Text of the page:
Autism and “Safe” Foods

For neurotypical people, it can be frustrating dealing with autistic food sensitivities — which are often thought of as “preferences,” but I wanted to write a short piece to try to explain that what foods I like are not the same as what foods are “safe” for me. You might think of these foods as “comfort” foods, but they are also not foods that I eat when I want to be comforted or that I have a lot of choice in eating.

For me, my list of safe foods include things like mashed potatoes (which I like) and bananas (which I don’t like). I eat a lot of bananas because they are easily available, especially at races. Mashed potatoes, for obvious reasons, are not readily available in packs to serve to racers at aid stations, nor are they at finish lines or start areas. But bananas are always there, and even if I dislike the flavor of bananas and the texture, they never make me vomit. So I eat them if they are available.

Many races have begun to offer whatever nutrition is offered to them for free at races, and this includes things I’ve never tasted before. At a recent race, there were new sports gels offered that I at first assumed would be like the sports gels I’d had before. Reader: they were not. They were the most disgusting things I had ever put in my mouth before, and that says a lot because I’ve eaten sports chews that had been run over by a car and had gravel in them when necessary because I needed calories and those were the only ones I could find that I could get my mouth to eat and my stomach to process.

Serving whatever is offered for free may be only annoying to other racers, but to autistic racers, it means that we are in serious jeopardy. I deal with this often by assuming I have to carry all my own calories, but in longer distances, 50 running miles or Ironman, for instance, it can be logistically difficult to do this. Hence, the default to bananas.

I know that neurotypical people think that this is a silly “preference” and that if I just forced myself to eat unfamiliar food that taste terrible, I would just digest it and then be able to move forward just fine. But this isn’t the way it works with my body. I wish it did. This is one of the ways in which I really hate being autistic because my body doesn’t just do what I tell it to do or what would be convenient to do. I can’t make it digest food that isn’t “safe.” I suppose this may be some kind of hyper-aversion to food that may be poisoned, but it’s damned inconvenient.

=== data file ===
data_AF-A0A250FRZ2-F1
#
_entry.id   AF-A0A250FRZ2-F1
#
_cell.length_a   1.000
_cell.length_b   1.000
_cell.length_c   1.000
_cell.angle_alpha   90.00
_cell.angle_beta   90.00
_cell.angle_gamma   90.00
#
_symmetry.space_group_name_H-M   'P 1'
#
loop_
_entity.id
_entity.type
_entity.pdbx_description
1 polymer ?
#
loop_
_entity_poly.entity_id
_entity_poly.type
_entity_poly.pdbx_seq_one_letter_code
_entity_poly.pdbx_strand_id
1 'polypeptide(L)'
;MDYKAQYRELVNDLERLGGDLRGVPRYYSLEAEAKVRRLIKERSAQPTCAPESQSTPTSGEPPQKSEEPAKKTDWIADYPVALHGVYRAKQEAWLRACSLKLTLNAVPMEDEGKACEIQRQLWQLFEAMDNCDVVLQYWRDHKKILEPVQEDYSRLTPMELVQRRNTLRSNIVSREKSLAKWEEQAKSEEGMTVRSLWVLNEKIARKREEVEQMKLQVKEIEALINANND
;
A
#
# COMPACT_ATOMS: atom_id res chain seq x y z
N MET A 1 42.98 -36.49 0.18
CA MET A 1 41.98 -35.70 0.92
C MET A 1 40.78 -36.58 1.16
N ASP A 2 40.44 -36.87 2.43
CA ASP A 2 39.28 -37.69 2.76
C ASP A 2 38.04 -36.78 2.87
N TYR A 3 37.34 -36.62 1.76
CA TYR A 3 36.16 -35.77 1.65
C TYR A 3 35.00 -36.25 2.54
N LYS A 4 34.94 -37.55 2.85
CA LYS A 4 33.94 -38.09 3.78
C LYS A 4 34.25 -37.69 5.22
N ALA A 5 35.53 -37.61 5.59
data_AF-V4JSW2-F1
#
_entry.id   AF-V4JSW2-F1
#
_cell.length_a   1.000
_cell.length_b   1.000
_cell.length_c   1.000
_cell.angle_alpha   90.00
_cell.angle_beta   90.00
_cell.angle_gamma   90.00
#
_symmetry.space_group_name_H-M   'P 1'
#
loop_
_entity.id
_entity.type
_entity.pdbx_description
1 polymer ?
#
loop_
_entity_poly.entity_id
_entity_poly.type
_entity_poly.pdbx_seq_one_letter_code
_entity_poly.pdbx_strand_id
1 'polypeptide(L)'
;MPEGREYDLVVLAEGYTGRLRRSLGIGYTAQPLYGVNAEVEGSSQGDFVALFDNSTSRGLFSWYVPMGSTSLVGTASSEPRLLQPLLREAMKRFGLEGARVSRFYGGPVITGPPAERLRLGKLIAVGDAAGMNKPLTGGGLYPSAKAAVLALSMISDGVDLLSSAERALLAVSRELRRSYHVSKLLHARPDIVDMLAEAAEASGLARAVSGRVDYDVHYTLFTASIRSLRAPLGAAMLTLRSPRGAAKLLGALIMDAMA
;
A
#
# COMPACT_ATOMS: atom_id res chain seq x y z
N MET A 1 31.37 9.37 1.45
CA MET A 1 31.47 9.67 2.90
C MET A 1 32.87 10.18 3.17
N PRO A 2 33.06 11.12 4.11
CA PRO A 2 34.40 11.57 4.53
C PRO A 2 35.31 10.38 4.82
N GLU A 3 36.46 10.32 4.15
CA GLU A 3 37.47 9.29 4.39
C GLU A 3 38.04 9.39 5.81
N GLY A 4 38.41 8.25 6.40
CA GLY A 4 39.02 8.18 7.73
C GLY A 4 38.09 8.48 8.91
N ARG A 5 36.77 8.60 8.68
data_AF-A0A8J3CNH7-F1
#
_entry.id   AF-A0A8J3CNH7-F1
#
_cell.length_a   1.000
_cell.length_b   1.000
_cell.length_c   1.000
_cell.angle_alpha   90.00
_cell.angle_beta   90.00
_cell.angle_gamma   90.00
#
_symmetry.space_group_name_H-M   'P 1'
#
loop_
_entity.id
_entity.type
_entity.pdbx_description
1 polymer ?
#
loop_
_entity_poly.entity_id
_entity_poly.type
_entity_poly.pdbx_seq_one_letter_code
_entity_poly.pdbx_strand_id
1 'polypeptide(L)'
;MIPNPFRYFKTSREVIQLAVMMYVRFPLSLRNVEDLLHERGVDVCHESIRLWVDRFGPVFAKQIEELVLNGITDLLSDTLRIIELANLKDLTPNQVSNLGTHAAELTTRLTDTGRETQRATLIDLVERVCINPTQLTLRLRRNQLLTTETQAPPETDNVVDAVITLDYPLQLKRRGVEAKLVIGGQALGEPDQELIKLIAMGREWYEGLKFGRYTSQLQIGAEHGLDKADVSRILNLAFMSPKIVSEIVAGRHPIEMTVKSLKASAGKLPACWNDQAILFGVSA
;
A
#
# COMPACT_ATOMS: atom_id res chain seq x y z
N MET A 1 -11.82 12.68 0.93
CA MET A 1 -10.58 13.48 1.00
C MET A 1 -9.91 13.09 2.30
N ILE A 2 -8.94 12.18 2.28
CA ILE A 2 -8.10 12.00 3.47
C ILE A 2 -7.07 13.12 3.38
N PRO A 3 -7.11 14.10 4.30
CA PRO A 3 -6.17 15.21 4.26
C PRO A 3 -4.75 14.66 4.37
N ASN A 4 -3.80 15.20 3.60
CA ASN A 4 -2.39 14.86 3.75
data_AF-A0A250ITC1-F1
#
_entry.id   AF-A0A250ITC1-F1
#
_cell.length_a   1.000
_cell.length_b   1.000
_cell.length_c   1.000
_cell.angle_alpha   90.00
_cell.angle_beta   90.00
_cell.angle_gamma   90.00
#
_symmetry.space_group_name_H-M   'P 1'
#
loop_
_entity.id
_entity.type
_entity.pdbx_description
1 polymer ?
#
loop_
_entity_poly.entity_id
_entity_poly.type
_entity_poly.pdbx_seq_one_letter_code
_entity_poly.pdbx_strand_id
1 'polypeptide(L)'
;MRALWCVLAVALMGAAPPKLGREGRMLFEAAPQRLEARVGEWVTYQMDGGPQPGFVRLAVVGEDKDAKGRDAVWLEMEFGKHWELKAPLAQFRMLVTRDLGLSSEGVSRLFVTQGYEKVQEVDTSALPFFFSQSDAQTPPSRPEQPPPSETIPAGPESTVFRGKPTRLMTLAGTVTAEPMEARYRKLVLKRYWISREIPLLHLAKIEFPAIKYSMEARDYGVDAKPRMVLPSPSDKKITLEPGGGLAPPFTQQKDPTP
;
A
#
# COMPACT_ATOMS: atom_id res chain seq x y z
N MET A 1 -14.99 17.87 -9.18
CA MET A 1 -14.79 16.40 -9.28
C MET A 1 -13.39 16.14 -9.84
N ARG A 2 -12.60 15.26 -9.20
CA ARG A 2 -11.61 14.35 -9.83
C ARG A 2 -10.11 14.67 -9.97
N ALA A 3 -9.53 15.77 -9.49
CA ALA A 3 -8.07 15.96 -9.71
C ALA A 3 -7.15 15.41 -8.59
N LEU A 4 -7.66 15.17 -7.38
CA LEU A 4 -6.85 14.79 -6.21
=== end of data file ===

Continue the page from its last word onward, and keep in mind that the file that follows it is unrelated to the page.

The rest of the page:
Safe foods are also important for times when I am severely stressed, at work or in my personal life. When I’m dealing with suicidal thoughts, for instance, which is unfortunately all too common, I’m not going to be able to eat a healthy salad. My mouth and jaw will just decide they’d rather starve than keep putting energy into chewing. I might want to eat a salad, but it isn’t going to happen. And not eating will make my depression worse (I know this from sad experience), so I will default to bananas, which require almost no effort, canned soup, which is easy, or mashed potatoes if I can stir the energy to make them or if a friend will bring me some.

None of these behaviors are designed to annoy other people or to draw attention to myself. This is one of the most frustrating parts of being autistic and trying to explain myself to neurotypical people. You make the assumption that the motives for my behavior are neurotypical, but they aren’t. I don’t do this stuff to rise up the social hierarchy ladder, which I never think about nor care about rising up on. Whatever the reasons are, they aren’t about you — they’re chemical or biological and I don’t have control over them.

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